Navigating the Shifting Landscape of Mortgage Forbearance
The Mortgage Bankers Association's (MBA) latest Loan Monitoring Survey, covering the period from October 1 to October 31, 2023, provides a comprehensive snapshot of the current state of forbearance in the mortgage market.
Mortgage forbearance is a process established for borrowers that can help tremendously if they are struggling to pay their mortgage. Servicers and lenders can arrange for their borrowers to temporarily pause payments or make smaller payments toward their mortgage. The borrowers who take advantage of this process will still owe the entire amount of the original mortgage and will have to pay the difference at a later time.
Key findings from the Loan Monitoring Survey indicate a decrease in the total number of loans in forbearance and a shift in the reasons behind homeowners seeking forbearance. These trends make it quite evident that the mortgage landscape is evolving. This blog post delves into the survey's key insights, shedding light on the trends and challenges facing homeowners, lenders, and the broader housing market.
Decrease in Forbearance Numbers:
One of the noteworthy findings from the survey is there has been a decrease in the total number of loans in forbearance, dropping from 0.31% in the previous month to 0.29% as of October 31, 2023. This decrease is a signal of a potential economic stabilization with homeowners being able to afford their mortgages at higher rates going into the holiday season.
Reasons for Forbearance:
An intriguing shift highlighted in the survey is the change in the primary reasons for seeking forbearance. For the first time since MBA began tracking in October 2022, temporary hardships such as job loss, death, and divorce now represent a larger share (45.4%) than COVID-19-related hardships (43.3%). This shift is expected to continue as Fannie Mae and Freddie Mac phase out COVID-19 as a reason for delinquency starting in November 2023.
Distribution by Loan Type:
Examining forbearance across different loan types, the survey indicates that the share of Fannie Mae and Freddie Mac loans in forbearance remained unchanged at 0.18%, while Ginnie Mae loans decreased by 5 basis points to 0.52%. Additionally, the forbearance share for portfolio loans and private-label securities (PLS) decreased by 3 basis points to 0.32%.
Stage of Forbearance:
Breaking down forbearance by stage, 45.1% of total loans are in the initial forbearance plan stage, 47.0% are in a forbearance extension, and the remaining 7.9% are forbearance re-entries, including re-entries with extensions.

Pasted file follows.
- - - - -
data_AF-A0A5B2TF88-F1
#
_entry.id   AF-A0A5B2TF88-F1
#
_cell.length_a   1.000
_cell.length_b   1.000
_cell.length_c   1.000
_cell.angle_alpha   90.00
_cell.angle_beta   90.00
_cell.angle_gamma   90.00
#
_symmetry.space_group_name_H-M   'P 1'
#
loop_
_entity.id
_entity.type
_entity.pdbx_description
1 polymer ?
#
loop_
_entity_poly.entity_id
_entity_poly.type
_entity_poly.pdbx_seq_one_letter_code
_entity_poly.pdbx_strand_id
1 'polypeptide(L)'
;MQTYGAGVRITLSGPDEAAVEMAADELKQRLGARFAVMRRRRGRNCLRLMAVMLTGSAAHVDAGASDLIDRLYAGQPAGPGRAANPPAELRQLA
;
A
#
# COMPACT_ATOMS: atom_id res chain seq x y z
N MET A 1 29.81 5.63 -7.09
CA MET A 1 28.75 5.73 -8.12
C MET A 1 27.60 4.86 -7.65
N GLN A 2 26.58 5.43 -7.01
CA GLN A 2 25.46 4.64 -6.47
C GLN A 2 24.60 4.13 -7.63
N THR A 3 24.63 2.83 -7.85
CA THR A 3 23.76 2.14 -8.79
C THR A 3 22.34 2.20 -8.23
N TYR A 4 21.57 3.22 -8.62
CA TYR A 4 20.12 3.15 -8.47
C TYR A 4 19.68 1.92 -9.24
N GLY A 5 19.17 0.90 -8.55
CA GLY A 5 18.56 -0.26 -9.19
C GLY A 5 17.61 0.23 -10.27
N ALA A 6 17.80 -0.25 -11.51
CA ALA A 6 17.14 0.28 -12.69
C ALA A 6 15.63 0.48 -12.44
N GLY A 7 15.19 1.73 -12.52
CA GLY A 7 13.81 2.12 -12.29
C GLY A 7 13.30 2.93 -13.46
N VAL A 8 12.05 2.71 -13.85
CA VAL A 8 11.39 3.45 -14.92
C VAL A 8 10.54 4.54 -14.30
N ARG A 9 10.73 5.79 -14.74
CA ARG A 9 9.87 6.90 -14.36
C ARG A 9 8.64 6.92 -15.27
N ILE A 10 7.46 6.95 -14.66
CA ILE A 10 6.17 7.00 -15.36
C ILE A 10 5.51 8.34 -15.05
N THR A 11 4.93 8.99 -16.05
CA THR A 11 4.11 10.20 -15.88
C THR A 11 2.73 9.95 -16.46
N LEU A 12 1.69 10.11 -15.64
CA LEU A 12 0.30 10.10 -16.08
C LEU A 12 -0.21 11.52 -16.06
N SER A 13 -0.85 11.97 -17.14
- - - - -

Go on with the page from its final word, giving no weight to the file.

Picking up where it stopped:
Forbearance Exits and Loan Workouts:
The survey sheds light on the outcomes of forbearance exits, with 29.4% resulting in a loan deferral/partial claim and 17.7% representing borrowers who continued to make their monthly payments during their forbearance period. Notably, 18.3% exited forbearance without a loss mitigation plan in place, while 16.1% resulted in a loan modification or trial loan modification. These numbers provide insights into the varied paths homeowners take post-forbearance.
The survey also highlights regional variations in loan performance, with states like Washington, Colorado, Idaho, Oregon, and California showing the highest share of loans that were current. Conversely, Louisiana, Mississippi, Indiana, West Virginia, and New York are identified as the five states with the lowest share of current loans.
As the housing market continues to adapt to changing circumstances, Covered Insurance is here to help your borrowers navigate these shifts. We understand that the easiest way for your customers to avoid needing mortgage forbearance and reducing their mortgage payments is by finding cheaper homeowners insurance. Reach out to a member of Covered’s Partnership Team to discuss ways that you can help prevent your borrowers from needing mortgage forbearance and deliver financial well-being. Contact Us Here
For those interested in a more in-depth analysis, the full report can be accessed on the MBA's website at www.mba.org/loanmonitoring.